As a young 25-year-old, John Lewis was brutalized on the streets of Selma, AL on Bloody Sunday (March 7, 1965). The pain and suffering Lewis endured, alongside more than 600 hundred others, was done fighting for the rights of Black Americans to exist in a society free of subjugation. Lewis’ life and legacy are a testament to the long suffering of Black Americans in their quest for rights guaranteed to Americans under the United States constitution. 

Nearly sixty years after the brutality that happened on the Edmund Pettis Bridge...

Click Here to Continue reading Dr. Littleton's article in PA Times (American Society for Public Administration)

Recognizes Senator Kamala Harris's Appointment to Major Party Ticket as "Defining Moment in U.S. History"

On Aug 11, 2020, NAACP President & CEO Derrick Johnson released the following statement on the significance of Kamala Harris' pick as Democratic candidate for Vice-President of the United States:

"Throughout the history of this nation, Black women have been at the forefront of moving us toward a more representative and unified society. From the voting booth to grassroots movements, Black women have fought for and uplifted this country with their vote and voice. But their representation in the highest levels of government has never matched their unwavering participation in our democracy. Today’s announcement of a Black woman, Sen. Kamala Harris, as the first vice-presidential candidate of a major political party, breaks down one of these barriers in historic proportions. That it comes at a time in which Black Americans face dueling threats from a global health crisis and ingrained racism is all the more powerful.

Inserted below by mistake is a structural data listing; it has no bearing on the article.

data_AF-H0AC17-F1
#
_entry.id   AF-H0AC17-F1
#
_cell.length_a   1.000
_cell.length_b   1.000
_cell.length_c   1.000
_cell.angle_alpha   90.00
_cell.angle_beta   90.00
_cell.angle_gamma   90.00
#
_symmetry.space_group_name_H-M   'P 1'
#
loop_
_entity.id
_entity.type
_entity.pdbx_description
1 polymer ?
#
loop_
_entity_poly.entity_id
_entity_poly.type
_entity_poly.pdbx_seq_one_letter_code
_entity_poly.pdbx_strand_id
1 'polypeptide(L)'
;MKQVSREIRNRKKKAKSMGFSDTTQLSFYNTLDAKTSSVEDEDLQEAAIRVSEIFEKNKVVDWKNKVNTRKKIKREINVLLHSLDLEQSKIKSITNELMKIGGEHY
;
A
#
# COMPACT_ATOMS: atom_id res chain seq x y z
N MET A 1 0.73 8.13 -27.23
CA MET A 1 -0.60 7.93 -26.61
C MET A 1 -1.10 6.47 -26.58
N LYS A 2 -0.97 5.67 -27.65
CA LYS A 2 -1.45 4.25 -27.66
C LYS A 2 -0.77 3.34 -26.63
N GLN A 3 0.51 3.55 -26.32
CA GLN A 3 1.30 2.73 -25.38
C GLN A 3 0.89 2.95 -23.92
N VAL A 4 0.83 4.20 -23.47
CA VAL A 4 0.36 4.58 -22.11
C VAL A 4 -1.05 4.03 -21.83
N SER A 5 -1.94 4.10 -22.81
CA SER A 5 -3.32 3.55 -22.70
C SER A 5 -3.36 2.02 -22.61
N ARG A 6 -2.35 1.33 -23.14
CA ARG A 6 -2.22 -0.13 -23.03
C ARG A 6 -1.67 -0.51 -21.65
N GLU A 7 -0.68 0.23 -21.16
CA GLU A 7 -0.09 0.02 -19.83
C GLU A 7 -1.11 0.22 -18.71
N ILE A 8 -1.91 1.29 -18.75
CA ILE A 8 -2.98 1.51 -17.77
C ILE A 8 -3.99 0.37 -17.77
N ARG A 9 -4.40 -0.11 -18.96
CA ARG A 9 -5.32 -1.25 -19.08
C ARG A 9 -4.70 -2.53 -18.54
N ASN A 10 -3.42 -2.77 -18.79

This moment is long overdue. For far too long, we have undervalued Black women’s political power and their role in shaping our culture, communities, and country. The selection of Sen. Harris as a vice-presidential candidate on a major party ticket is the culmination of the tireless work of..."

Click Here to Continue Reading NAACP statement on Kamala Harris
In the News Profile:
Kamala Harris

The first Black and Indian American woman to represent California in the United States Senate, Kamala Harris grew up believing in the promise of America and fighting to make sure that promise is fulfilled for all Americans. Kamala’s father immigrated to the U.S. from Jamaica to study economics and her mother immigrated from India. Kamala’s mother told her growing up “Don’t sit around and complain about things, do something,” which is what drives Kamala every single day.

Kamala started fighting for working families in the Alameda County District Attorney’s Office, where she focused on prosecuting child sexual assault cases. From there, she became the first Black woman elected as San Francisco’s District Attorney. In this position, she started a program to provide first-time drug offenders second chances with the opportunity to earn a high school degree and find a job.

In 2010, Kamala became the first Black woman to be elected...

Click Here to Continue Reading "Kamala's Story" on the Biden-Harris Campaign Website
Useful Links:

  • Here is something the Monterey County Branch NAACP is working on. You can send your entries directly to

  • Check out the list and add your bio and photo to it.

  • We all know the so-called criminal justice system treats our folks much more harshly than others, sometimes just having community members show up at court can make a difference in how things turn out.

  • Check it out or add your favorite to the list

  • With so few African Americans working in our K-12 and higher education systems, our kids have too few opportunities to see professionals and role models who look like them. We are looking for Black community members and professionals who can be called on to be occasional guest speakers in local classrooms.

Black Voices and Photo Portrait Project
  • Local photographer Nic Coury has launched this Black Portrait Project and looking for subjects. If interested in posing for a professional picture message him on Facebook or send me ( your contact info for me to forward.

  • Just the basic public contact and position info

  • Click on this google document to share your thoughts about what is needed in the Black community. We will prioritize them for further action.

  • Check out the current list of churches, update existing entries or add new ones.